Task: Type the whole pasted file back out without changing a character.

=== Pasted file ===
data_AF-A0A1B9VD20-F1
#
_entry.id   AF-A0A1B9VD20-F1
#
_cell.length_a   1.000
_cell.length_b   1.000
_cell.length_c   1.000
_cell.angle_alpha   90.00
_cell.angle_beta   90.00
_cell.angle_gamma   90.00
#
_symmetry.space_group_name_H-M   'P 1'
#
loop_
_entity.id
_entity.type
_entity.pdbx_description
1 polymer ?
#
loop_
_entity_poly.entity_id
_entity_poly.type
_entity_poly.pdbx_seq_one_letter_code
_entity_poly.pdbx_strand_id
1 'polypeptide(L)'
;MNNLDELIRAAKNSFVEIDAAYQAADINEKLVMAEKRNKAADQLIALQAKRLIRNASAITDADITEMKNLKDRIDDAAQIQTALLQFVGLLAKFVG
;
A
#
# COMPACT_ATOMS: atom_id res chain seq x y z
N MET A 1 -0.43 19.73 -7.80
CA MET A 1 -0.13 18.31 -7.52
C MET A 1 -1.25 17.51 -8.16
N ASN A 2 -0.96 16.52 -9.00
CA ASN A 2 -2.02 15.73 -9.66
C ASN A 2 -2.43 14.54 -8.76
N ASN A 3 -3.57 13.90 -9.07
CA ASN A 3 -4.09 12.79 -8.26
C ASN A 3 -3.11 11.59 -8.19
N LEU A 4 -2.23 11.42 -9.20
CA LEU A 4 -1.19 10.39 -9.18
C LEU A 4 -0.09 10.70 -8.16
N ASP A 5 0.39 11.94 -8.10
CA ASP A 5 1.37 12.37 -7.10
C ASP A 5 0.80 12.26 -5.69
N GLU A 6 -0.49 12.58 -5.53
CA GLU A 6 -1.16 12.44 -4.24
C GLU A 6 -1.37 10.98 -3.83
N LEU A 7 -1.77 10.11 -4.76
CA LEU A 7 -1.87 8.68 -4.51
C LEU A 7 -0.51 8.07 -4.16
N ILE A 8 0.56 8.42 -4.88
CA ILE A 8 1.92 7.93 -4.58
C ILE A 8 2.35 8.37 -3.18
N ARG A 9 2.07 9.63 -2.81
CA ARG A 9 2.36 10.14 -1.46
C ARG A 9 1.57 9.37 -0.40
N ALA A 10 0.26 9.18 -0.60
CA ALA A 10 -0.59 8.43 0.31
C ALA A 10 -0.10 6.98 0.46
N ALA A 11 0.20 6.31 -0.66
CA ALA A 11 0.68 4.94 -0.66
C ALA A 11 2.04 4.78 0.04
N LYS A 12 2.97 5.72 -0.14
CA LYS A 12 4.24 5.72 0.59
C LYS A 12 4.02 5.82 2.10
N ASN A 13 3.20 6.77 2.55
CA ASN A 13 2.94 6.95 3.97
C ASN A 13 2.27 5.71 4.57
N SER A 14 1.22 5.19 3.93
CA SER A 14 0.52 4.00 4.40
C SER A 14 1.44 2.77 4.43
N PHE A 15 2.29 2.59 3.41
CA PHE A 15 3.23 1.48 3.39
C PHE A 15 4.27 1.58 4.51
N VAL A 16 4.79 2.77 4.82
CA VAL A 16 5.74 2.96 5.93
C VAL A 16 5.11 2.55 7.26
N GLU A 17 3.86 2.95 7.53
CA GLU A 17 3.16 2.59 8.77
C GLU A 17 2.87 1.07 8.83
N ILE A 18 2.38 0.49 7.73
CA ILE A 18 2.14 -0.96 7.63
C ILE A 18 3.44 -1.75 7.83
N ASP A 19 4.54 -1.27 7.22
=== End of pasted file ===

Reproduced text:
data_AF-A0A1B9VD20-F1
#
_entry.id   AF-A0A1B9VD20-F1
#
_cell.length_a   1.000
_cell.length_b   1.000
_cell.length_c   1.000
_cell.angle_alpha   90.00
_cell.angle_beta   90.00
_cell.angle_gamma   90.00
#
_symmetry.space_group_name_H-M   'P 1'
#
loop_
_entity.id
_entity.type
_entity.pdbx_description
1 polymer ?
#
loop_
_entity_poly.entity_id
_entity_poly.type
_entity_poly.pdbx_seq_one_letter_code
_entity_poly.pdbx_strand_id
1 'polypeptide(L)'
;MNNLDELIRAAKNSFVEIDAAYQAADINEKLVMAEKRNKAADQLIALQAKRLIRNASAITDADITEMKNLKDRIDDAAQIQTALLQFVGLLAKFVG
;
A
#
# COMPACT_ATOMS: atom_id res chain seq x y z
N MET A 1 -0.43 19.73 -7.80
CA MET A 1 -0.13 18.31 -7.52
C MET A 1 -1.25 17.51 -8.16
N ASN A 2 -0.96 16.52 -9.00
CA ASN A 2 -2.02 15.73 -9.66
C ASN A 2 -2.43 14.54 -8.76
N ASN A 3 -3.57 13.90 -9.07
CA ASN A 3 -4.09 12.79 -8.26
C ASN A 3 -3.11 11.59 -8.19
N LEU A 4 -2.23 11.42 -9.20
CA LEU A 4 -1.19 10.39 -9.18
C LEU A 4 -0.09 10.70 -8.16
N ASP A 5 0.39 11.94 -8.10
CA ASP A 5 1.37 12.37 -7.10
C ASP A 5 0.80 12.26 -5.69
N GLU A 6 -0.49 12.58 -5.53
CA GLU A 6 -1.16 12.44 -4.24
C GLU A 6 -1.37 10.98 -3.83
N LEU A 7 -1.77 10.11 -4.76
CA LEU A 7 -1.87 8.68 -4.51
C LEU A 7 -0.51 8.07 -4.16
N ILE A 8 0.56 8.42 -4.88
CA ILE A 8 1.92 7.93 -4.58
C ILE A 8 2.35 8.37 -3.18
N ARG A 9 2.07 9.63 -2.81
CA ARG A 9 2.36 10.14 -1.46
C ARG A 9 1.57 9.37 -0.40
N ALA A 10 0.26 9.18 -0.60
CA ALA A 10 -0.59 8.43 0.31
C ALA A 10 -0.10 6.98 0.46
N ALA A 11 0.20 6.31 -0.66
CA ALA A 11 0.68 4.94 -0.66
C ALA A 11 2.04 4.78 0.04
N LYS A 12 2.97 5.72 -0.14
CA LYS A 12 4.24 5.72 0.59
C LYS A 12 4.02 5.82 2.10
N ASN A 13 3.20 6.77 2.55
CA ASN A 13 2.94 6.95 3.97
C ASN A 13 2.27 5.71 4.57
N SER A 14 1.22 5.19 3.93
CA SER A 14 0.52 4.00 4.40
C SER A 14 1.44 2.77 4.43
N PHE A 15 2.29 2.59 3.41
CA PHE A 15 3.23 1.48 3.39
C PHE A 15 4.27 1.58 4.51
N VAL A 16 4.79 2.77 4.82
CA VAL A 16 5.74 2.96 5.93
C VAL A 16 5.11 2.55 7.26
N GLU A 17 3.86 2.95 7.53
CA GLU A 17 3.16 2.59 8.77
C GLU A 17 2.87 1.07 8.83
N ILE A 18 2.38 0.49 7.73
CA ILE A 18 2.14 -0.96 7.63
C ILE A 18 3.44 -1.75 7.83
N ASP A 19 4.54 -1.27 7.22